Can I Keep The Car?
Can I keep the car that I’m paying for if I file a chapter 7 bankruptcy case?
Yes, if your bankruptcy schedules properly exempt any net equity value in your car and you keep making timely payments during and throughout the course of the case.
In individual bankruptcy cases, California exemptions under California Code of Civil Procedure §703.140(b)(2) (the “703 Series”) protect net equity value of $4,800.00 in one automobile or, under CCP §704.010 (the “704 Series”), net equity value of $2,725.00 in one or more automobiles. In addition, if you claim exemptions under the 703 Series, you may also apply an additional ”wild card” exemption in the amount of up to $25,340 against excess equity in your car or any other asset, like cash, that isn’t specifically covered by an exemption.
Thus, using the 703 Series, $4,800 may be applied to one vehicle and the wild card amount of $25,340 may be applied to equity in excess of $4,800.00 in that vehicle or to equity value in additional vehicles or other assets for total net value of $30,140.00.
Don’t Mix & Match
Keep in mind that you cannot “mix and match” the two exemption statutes. If you select one, it must be exclusively applied to all claimed exemptions. Typically, if you have nonexempt equity in your home, you’ll use the 704 Series making the “wild card” exemption unavailable to you. If you don’t have home equity to protect, the 703 Series is commonly preferred.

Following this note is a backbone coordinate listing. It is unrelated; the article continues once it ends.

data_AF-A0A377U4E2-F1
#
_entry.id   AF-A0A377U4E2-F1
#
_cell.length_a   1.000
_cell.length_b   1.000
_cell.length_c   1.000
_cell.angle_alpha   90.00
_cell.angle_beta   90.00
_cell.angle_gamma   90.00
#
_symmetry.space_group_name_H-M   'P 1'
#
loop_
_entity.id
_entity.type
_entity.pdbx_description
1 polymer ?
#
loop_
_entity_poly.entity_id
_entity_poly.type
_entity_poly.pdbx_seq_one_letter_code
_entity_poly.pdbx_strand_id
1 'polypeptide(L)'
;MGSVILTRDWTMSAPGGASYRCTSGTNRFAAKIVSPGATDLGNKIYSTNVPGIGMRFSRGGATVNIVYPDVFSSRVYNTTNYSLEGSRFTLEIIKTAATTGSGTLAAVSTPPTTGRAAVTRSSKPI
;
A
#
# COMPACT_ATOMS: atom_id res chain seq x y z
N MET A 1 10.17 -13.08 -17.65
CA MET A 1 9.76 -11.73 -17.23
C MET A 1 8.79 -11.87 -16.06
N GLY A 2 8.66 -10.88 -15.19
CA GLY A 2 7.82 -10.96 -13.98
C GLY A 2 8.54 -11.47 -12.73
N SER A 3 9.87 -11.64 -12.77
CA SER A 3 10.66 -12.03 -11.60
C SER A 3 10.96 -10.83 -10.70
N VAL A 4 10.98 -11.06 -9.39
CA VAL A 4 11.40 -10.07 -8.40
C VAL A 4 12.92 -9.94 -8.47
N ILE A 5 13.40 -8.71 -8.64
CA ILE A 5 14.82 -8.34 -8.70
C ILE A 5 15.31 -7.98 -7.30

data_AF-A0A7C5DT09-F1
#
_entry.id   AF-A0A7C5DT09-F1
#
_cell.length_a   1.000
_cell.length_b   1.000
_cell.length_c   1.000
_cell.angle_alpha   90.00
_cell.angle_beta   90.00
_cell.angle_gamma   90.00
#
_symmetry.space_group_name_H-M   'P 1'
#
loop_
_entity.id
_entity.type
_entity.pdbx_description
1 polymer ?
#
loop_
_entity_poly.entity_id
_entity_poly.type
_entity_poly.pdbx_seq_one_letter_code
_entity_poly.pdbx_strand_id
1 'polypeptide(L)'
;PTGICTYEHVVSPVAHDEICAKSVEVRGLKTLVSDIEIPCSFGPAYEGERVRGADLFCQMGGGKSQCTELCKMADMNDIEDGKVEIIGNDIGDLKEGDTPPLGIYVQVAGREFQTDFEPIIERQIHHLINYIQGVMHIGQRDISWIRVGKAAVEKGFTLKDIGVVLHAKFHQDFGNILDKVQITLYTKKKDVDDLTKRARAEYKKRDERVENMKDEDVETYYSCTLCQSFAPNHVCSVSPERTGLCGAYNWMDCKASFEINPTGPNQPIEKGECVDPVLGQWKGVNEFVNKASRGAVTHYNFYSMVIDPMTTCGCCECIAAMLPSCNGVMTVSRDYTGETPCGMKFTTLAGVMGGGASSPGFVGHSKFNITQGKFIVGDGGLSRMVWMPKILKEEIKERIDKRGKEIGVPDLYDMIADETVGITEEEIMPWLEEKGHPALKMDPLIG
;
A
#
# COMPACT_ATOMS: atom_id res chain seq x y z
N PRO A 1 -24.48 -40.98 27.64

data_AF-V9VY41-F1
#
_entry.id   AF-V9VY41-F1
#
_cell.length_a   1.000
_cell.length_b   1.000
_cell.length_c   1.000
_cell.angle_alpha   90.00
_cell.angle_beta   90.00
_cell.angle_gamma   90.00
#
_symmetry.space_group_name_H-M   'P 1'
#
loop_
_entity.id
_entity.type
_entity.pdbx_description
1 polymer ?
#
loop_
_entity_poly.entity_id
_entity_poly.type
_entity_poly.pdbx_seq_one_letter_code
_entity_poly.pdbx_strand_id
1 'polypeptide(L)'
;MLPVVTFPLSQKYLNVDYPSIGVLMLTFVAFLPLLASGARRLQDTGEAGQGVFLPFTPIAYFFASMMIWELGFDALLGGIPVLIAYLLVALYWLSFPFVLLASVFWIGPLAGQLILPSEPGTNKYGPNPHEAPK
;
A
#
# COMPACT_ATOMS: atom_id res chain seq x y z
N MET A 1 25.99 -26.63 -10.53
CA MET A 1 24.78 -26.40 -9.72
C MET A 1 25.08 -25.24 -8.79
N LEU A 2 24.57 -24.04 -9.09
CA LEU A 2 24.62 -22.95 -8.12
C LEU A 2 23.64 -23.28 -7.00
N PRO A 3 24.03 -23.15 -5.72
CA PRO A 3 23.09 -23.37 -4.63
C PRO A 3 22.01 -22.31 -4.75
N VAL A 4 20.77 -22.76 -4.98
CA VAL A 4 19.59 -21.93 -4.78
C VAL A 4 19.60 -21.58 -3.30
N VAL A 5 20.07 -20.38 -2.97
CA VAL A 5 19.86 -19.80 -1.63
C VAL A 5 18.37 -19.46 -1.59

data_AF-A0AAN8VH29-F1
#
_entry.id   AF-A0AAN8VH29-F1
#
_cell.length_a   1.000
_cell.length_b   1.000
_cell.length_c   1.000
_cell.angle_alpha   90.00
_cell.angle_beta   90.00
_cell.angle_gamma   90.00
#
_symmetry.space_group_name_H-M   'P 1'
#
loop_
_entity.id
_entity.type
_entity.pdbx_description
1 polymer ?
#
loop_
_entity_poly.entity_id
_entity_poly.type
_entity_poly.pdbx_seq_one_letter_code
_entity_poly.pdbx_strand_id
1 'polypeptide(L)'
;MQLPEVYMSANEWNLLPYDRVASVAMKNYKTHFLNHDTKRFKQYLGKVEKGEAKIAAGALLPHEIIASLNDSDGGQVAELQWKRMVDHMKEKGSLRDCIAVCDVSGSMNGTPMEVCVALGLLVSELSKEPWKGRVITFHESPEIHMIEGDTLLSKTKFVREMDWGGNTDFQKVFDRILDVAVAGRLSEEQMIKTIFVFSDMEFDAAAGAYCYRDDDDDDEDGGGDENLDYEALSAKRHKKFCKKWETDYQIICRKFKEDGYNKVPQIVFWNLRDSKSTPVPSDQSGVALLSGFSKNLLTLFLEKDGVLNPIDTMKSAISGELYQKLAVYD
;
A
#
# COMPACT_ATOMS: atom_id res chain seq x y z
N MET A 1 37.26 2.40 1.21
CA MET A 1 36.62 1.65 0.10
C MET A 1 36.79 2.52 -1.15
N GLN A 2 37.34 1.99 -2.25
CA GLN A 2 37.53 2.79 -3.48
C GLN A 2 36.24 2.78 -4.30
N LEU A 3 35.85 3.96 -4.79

If, when you file, you are required to make car payments to a lender that holds a valid lien or security interest in the vehicle, you must continue making payment during the case or the lender can apply for, and usually obtain, relief from the automatic stay under 11 U.S.C. §362 to repossess the vehicle for nonpayment (breach of the purchase agreement). This principal, of course applies to any asset, like your home, on which payments are due on the filing date. These “secured” claims are fundamentally different from unsecured claims, like credit card charges, that are subject to your discharge.
Of course, if your vehicle payments are unduly burdensome, you could stop making them, file chapter 7, and any balance owed to the lender should be discharged. Relief from the automatic stay will typically be granted to the lender upon the filing of a motion and, after entry of an order, repossession can quickly follow.
About Hurlbett & Olmstead
Since 1994, we’ve helped thousands of people in Santa Barbara, Ventura, Paso Robles, Santa Maria and San Luis Obispo regain financial peace in their lives. These people now experience a life free from the stress and worry that comes from watching unpaid bills mount, answering calls from arrogant debt collectors, receiving a lawsuit from a process server, finding an empty spot where a car has been repossessed, missing money from a garnished paycheck, or knowing that their house will soon be sold at foreclosure.
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